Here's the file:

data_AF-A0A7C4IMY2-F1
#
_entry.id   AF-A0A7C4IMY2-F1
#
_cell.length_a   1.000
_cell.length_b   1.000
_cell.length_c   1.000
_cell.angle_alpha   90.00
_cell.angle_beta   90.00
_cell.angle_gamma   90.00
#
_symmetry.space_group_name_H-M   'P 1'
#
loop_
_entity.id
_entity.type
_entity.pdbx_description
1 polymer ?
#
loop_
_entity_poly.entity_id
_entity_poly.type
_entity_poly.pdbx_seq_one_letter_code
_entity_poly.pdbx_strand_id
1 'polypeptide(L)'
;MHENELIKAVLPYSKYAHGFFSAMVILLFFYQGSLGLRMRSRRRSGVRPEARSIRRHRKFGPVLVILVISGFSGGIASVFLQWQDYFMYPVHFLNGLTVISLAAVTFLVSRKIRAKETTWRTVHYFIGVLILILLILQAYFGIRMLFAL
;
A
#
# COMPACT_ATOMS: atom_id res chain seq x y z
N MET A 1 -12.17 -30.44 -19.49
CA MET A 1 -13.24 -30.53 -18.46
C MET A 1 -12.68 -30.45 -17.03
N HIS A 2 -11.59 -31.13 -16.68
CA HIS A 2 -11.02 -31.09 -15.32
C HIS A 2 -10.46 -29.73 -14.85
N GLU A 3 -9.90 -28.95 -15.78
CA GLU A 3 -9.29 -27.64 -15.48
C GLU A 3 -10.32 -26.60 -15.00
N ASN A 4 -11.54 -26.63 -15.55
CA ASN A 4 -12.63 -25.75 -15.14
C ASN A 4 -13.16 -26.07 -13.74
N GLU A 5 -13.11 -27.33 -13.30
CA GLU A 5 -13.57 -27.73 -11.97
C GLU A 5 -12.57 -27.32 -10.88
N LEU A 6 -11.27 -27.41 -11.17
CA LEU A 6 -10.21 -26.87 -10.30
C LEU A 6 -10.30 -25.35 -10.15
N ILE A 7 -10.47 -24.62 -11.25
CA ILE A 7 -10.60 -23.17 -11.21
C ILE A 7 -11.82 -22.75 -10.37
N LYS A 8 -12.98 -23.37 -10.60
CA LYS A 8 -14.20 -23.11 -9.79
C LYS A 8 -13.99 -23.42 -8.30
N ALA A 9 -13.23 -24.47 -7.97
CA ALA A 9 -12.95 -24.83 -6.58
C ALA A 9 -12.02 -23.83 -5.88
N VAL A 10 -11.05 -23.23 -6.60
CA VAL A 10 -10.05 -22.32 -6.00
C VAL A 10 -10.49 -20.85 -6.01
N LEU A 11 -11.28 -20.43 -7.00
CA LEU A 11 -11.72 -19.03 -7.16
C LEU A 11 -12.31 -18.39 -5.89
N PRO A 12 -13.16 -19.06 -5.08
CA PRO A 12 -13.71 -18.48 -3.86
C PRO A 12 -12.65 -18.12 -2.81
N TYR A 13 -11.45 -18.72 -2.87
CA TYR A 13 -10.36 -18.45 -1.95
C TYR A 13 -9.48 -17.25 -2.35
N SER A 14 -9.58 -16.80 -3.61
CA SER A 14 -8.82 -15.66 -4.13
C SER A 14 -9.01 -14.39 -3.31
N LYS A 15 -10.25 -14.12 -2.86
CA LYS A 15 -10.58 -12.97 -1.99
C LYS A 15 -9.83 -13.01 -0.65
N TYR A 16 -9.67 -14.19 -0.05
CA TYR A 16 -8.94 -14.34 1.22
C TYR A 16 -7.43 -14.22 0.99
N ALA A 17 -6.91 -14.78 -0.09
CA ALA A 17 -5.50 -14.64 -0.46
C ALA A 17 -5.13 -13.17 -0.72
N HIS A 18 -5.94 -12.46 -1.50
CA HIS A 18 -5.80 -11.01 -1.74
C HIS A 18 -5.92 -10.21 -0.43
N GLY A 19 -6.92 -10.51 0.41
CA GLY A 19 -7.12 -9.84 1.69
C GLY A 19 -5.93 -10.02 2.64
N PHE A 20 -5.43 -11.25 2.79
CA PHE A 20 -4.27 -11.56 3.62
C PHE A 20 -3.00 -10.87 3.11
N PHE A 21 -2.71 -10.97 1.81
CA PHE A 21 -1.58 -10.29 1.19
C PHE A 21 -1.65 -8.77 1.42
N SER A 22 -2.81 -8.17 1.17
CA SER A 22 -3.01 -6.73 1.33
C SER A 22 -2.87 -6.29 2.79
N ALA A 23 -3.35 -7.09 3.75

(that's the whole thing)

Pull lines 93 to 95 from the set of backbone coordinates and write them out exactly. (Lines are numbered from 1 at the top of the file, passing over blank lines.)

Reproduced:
C PHE A 21 -1.65 -8.77 1.42
N SER A 22 -2.81 -8.17 1.17
CA SER A 22 -3.01 -6.73 1.33